By KHRISNA RUSSELL
Tribune Chief Reporter
FORMER Senate President Katherine Forbes-Smith yesterday told The Tribune there had been no ill intent behind her failure to file an asset disclosure for last year as required by law.
Instead, the managing director of the Disaster Reconstruction Authority said the issue came down to failing to have the documents notarised.
Those documents would have covered part of her tenure presiding over the upper chamber. Her resignation from the Senate to head the DRA was announced on December 1, 2019.
Last week, reliable sources informed this newspaper that Mrs Forbes-Smith had failed to meet the requirement.
“I didn’t know it was an issue, but last week I did receive correspondence from the Disclosure Commission saying that what I filed (for) last year didn’t have a notary stamp on it. So they have asked me to have it notarised and sent back and I think it has gone back by now,” Mrs Forbes-Smith said when she was asked about the matter.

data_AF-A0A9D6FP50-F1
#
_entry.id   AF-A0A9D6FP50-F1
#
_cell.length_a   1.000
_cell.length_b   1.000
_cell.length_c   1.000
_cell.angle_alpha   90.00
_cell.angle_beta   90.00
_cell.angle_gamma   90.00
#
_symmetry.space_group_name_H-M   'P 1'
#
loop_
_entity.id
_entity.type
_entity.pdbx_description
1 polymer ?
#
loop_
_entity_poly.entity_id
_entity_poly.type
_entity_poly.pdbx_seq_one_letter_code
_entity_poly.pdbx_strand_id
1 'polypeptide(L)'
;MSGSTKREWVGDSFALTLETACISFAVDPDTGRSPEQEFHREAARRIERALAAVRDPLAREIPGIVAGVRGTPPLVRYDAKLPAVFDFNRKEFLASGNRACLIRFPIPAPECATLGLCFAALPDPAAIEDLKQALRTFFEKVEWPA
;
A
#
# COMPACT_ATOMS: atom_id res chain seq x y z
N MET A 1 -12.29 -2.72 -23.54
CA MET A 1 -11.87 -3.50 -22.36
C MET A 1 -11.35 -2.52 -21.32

Last week, Public Disclosure Commission chairman Myles Laroda said he wrote to the prime minister and leader of the official opposition revealing the status of the disclosures.
The letters gave a summary of submissions, requests for extensions and the only failure to disclose.
However, at the time, he declined to state who had not satisfied the requirement.
“I have written and sent both letters to the prime minister and the leader of the opposition so they would have all of the information with regards to who disclosed, who were late and who asked for extensions,” Mr Laroda said last week.
“It was single digits for those who asked for extensions or who would have been late and that is a combination of members of Parliament and senators.
“A lot of them would have disclosed and a few were late. The rest were granted extensions and then there is one (that falls in the category of) other,” he also said.
Official Opposition Leader Philip “Brave” Davis said all Progressive Liberal Party officials “complied” with the law.
The deadline for disclosing is March 1 each year. Elected and appointed officials were given until last week Monday to disclose, as the deadline was a non-business day.
Early last month, Mr Laroda said officials had shown interest in fully complying with the requirement.